Monday, May 20, 2013
'Forbidden Hollywood' V7: Pre-marital, Extra-marital, and For-profit Sex
This review of the recently released four-film DVD set "Forbidden Hollywood Volume 7" coincides with Warner Archive announcing the upcoming release of the the third season of the '80s primetime soap "Falcon Crest." That companion to "Dallas" the Original Series had almost as much adultery, evil doings, and just plain ole sin as the "Forbidden's" pre-code classics. However, the "Forbidden" films lacked a mahvelous hirsute Speedo-clad leading man.
The relevant "code" was the "Hays Code," that established content standards that Warner Brothers and other Hollywood Studios adopted under the philosophy that self-regulation was preferable to the feds stepping in and imposing stricter guidelines. These new standards softened the depictions of free (and not-so-free) love, violence, and alternative lifestyles that make the '20s and '30s era "Forbidden" films so awesome.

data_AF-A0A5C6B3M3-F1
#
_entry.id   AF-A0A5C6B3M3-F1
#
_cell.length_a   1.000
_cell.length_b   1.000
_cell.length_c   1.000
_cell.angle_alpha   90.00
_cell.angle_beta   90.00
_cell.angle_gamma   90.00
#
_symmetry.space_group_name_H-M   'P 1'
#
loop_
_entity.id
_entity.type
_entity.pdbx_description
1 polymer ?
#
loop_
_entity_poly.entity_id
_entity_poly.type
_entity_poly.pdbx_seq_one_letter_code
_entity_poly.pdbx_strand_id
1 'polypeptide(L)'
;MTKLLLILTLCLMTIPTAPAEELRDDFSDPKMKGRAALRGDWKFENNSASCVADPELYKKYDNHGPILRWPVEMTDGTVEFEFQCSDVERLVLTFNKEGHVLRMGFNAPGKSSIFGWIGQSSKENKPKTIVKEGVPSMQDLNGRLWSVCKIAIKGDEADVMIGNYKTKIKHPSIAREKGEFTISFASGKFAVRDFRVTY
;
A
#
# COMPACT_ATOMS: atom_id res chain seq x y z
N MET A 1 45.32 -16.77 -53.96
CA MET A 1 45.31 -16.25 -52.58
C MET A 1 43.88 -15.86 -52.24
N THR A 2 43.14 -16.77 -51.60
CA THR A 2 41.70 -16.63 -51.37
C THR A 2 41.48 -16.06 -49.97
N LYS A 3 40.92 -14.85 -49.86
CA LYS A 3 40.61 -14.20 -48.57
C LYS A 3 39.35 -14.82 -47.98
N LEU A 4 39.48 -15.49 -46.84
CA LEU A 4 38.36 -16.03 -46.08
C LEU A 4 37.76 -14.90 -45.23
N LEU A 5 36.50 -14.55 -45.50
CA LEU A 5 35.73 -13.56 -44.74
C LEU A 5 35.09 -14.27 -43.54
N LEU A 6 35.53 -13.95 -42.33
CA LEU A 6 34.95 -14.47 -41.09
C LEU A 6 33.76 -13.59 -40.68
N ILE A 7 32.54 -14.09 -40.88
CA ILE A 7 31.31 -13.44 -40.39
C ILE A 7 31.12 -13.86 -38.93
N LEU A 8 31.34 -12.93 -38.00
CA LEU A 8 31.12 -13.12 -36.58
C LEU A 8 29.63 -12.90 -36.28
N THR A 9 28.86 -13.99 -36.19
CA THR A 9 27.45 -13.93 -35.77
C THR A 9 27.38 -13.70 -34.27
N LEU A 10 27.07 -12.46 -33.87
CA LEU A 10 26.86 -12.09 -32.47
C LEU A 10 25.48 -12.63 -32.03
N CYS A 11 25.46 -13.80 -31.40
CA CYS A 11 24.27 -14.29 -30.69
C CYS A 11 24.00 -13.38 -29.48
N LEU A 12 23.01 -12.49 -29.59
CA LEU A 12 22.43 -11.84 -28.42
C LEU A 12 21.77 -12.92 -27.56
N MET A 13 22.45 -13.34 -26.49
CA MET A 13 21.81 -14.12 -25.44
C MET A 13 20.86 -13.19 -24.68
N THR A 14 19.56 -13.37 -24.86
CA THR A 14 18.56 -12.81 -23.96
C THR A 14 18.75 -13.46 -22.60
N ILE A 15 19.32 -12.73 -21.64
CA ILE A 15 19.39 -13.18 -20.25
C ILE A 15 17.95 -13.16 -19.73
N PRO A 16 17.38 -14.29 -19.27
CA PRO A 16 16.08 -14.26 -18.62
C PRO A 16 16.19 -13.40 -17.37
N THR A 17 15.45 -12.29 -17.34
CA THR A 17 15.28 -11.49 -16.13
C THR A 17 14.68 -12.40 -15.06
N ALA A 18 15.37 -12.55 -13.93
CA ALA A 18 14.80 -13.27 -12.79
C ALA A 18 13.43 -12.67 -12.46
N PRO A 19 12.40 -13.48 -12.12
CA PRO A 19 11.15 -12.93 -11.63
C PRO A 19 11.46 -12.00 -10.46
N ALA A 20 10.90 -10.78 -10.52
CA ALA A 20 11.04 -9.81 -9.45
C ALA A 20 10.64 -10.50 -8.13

The 1933 Bette Davis classic "Ex-Lady" in the set prompted craving a cigarette despite being a tobacco virgin. Peanut butter M&Ms did the trick.
"Ex-Lady" started with Davis' successful career gal Helen Bauer and Gene Raymond's Don Peterson enjoying a very happy and relatively discrete "friends with benefits" relationship. A scene in which Peterson's shadow on the bedroom wall "the morning after" is one of the more clever ways that filmmakers left enough to the imagination to not completely shock Depression-era sensibilities. All for "Forbidden" films had several cut-away scenes soon after a couple entered a bedroom.
Don persuades Helen to make a honest man out of him and to have a modern partnership that extends to her being the well-qualified art manager at his small advertising agency. Personal and professional setbacks related to the marriage lead to soul searching by both Don and Helen.
"Pre-code" King, and original "Star is Born" director, William Wellman directed Depression-era cinema god Edward G. Robinson in the compelling but unintentionally amusing "oh so wrong" melodrama "The Hatchet Man" that "Forbidden" included.